Smiles better: Liverpool celebrate their 2001 FA Cup final win over Arsenal
Arsenal host Liverpool in the FA Cup fifth round at the Emirates on Sunday afternoon in what is one of the standout ties of the weekend as two behemoths of the game go head to head for a place in the last eight.
And ahead of this eagerly anticipated clash in north London between two sides who have won the world's oldest cup competition on no more than 17 occasions between them, we take a look back at six previous domestic cup meetings between the giants and rank those match-ups.
The Gunners dumped the then holders out the FA Cup with a vintage display at Anfield seven years ago.
Liverpool, who had won the competition for the seventh and most recent time the previous season, were hoping that home advantage would prove decisive in this much-anticipated tie in front of live TV cameras.
However, the visitors were in a great run of form at that time and ultimately proved way too strong for Rafa Benitez's outfit, with Czech Republic midfielder Tomas Rosicky's first-half brace knocking the stuffing out of the Reds.
And despite ever-reliable Dutch forward Dirk Kuyt managing to half the deficit with a neat glancing near-post header with still 20 minutes to go, Arsenal skipper Thierry Henry ended the match as a contest late on by dispossessing Liverpool defender Jamie Carragher on the touchline, before coolly side-footing past Jerzy Dudek.
Rafa Benitez's Liverpool suffered one of their heaviest-ever defeats at Anfield in this bruising Carling Cup last-eight meeting seven years ago, in a tie which saw Brazilian forward Julio Baptista net four goals.
In fact, the scoreline would have been even worse for the Reds had skipper Steven Gerrard and centre-back Sami Hyypia not scored consolation goals late on, although it was still the first time in 77 years that the Reds had conceded six goals on home soil.
However, ultimately it was a night that belonged to the Beast, who enjoyed his best-ever display in an Arsenal shirt and the attacker could even have had five but for a fluffed spot kick in the second half.
Revenge for the Reds for their shock loss to the Gunners in the final of the 1987 Littlewoods Cup came in the form of this pulsating third-round replay at Villa Park after the two arch rivals could not be separated in the first two meetings.
However, while those previous contests had been cagey and times sterile affairs, this decider in Birmingham was a classic that swung from one way to the next.
It was Arsenal that took a first-half lead thanks to Paul Merson's wonder strike, only for the champions to then hit back in style after the interval.
Firstly, England midfielder Steve McMahon slammed home an equaliser just past the hour mark with one of his trademark long-range pile drivers.
And then deadly Republic of Ireland striker John Aldridge was in the right place at the right time to hand Liverpool victory with a late strike.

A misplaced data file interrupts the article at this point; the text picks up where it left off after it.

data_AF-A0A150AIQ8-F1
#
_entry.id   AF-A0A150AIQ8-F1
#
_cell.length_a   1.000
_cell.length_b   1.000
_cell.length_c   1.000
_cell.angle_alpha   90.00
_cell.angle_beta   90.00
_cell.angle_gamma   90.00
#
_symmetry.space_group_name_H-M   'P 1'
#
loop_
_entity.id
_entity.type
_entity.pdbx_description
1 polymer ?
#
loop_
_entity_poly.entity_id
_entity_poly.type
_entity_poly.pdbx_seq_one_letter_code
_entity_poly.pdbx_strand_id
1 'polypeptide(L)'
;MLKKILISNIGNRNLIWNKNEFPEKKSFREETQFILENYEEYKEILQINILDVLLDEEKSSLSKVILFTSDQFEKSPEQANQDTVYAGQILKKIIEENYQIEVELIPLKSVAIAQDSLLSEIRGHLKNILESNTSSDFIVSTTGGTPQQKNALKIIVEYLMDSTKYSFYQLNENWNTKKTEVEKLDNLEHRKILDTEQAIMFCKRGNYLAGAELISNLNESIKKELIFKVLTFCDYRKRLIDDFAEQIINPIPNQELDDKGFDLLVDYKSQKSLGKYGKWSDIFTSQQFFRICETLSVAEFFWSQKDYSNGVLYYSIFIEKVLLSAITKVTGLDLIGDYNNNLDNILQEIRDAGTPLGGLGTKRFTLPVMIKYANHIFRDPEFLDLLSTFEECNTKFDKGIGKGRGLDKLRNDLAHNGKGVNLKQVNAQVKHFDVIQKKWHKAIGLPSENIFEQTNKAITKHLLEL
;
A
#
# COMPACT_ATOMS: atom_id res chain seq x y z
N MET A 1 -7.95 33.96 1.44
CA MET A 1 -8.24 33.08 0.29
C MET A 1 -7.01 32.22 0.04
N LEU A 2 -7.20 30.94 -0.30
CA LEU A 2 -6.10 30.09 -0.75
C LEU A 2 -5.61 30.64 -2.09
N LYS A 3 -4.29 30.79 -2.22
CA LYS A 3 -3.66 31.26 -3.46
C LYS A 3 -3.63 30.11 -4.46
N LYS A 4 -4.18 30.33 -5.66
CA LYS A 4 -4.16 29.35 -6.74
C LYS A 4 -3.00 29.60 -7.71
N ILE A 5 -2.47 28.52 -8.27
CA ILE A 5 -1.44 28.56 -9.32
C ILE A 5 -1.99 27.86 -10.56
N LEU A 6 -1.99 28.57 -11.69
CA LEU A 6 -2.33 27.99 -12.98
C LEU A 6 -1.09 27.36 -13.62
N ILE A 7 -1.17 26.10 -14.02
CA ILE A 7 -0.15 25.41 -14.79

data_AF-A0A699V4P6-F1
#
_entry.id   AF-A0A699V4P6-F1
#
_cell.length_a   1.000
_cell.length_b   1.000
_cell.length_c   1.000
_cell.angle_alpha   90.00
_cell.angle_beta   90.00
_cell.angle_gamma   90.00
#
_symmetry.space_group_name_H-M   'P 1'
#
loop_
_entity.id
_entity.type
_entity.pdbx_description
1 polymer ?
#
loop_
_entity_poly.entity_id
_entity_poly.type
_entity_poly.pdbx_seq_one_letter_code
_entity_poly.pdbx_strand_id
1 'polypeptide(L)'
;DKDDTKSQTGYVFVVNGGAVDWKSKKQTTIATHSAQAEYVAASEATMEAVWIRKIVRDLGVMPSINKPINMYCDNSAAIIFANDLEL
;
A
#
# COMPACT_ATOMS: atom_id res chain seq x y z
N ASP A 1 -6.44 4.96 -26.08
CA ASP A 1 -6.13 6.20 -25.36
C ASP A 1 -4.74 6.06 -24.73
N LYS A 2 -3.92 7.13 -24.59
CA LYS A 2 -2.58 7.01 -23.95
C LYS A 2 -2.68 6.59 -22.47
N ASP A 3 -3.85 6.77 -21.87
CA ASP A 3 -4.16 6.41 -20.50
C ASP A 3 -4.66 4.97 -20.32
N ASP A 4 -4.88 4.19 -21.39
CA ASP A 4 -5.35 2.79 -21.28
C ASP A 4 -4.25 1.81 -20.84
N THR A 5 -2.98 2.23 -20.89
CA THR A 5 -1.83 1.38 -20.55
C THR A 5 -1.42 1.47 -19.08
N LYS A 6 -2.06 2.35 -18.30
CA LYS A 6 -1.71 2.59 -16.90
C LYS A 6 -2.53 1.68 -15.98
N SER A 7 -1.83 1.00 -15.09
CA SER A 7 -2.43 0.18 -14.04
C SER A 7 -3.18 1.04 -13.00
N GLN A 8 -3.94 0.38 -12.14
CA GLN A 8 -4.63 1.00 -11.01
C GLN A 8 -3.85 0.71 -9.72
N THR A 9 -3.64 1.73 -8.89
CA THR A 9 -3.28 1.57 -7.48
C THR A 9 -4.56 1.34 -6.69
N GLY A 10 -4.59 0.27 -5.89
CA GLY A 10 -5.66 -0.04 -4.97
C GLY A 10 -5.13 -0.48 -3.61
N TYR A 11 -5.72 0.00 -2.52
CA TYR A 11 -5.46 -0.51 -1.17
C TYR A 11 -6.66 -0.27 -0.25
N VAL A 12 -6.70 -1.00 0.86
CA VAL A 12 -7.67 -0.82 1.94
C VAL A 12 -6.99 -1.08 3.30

The Reds went into the 1987 Littlewoods Cup final as firm favourites to claim the first piece of silverware of that campaign against George Graham's young Arsenal side.
For one thing, the Reds had won the league and cup double the previous season, while the Merseyside giants had also never lost a fixture in which prolific striker Ian Rush had scored.
And so when the deadly Welshman gave his side the lead midway through the first half, a fifth League Cup in the space of just seven years appeared a mere formality for player-manager Kenny Dalglish and his team.
However, the underdogs did not read the script and on a baking hot day at Wembley Stadium, the north Londoners hit back with a double either side of the break from Scotland international Charlie Nicholas, as Graham won his first-ever trophy in charge of his beloved Arsenal.
The north Londoners arrived at the home of football on a real high having wrapped up the title at the home of archrivals Tottenham Hotspur the week before.
And now the Gunners were aiming to emulate Spurs by becoming just the second team in the 20th Century to claim a league and cup double by overcoming Liverpool.
However, despite dominating the show-piece event, Arsenal were taken to extra time in the scorching sun at Wembley after a sensational display by Reds goalkeeper Ray Clemence during the 90 minutes.
And when the Merseysiders' winger Steve Heighway immediately then beat Arsenal No. 1 Bob Wilson at his near post with a low shot, an upset appeared very much to be on the cards.
But Arsenal had not won the title without having to demonstrate huge doses of self-belief and inner strength at times during that campaign, and two late strikes from Eddie Kelly and Charlie George then turned the whole contest on its head.
In the first FA Cup final, excluding replays, not to be held at Wembley Stadium for almost 80 years, it was the Merseysiders who took the honours in Cardiff's Millennium stadium on their way to an historic treble that season.
However, for the opening 80 minutes of this match, it was all one-way traffic as Arsene Wenger's side took the game by the scruff of the neck right from the very off.
Somehow, though, through a mixture of luck and poor Arsenal finishing, the Reds managed to stay on level terms, although when Swedish midfielder Freddie Ljungberg did finally break the deadlock with just 20 minutes remaining, there appeared to be only one winner.
But that was reckoning without the precise finishing of England international striker Michael Owen, with the soon-to-be crowned Ballon d'Or winner netting twice late on to hand Liverpool one of the great smash-and-grab FA Cup final wins in modern history.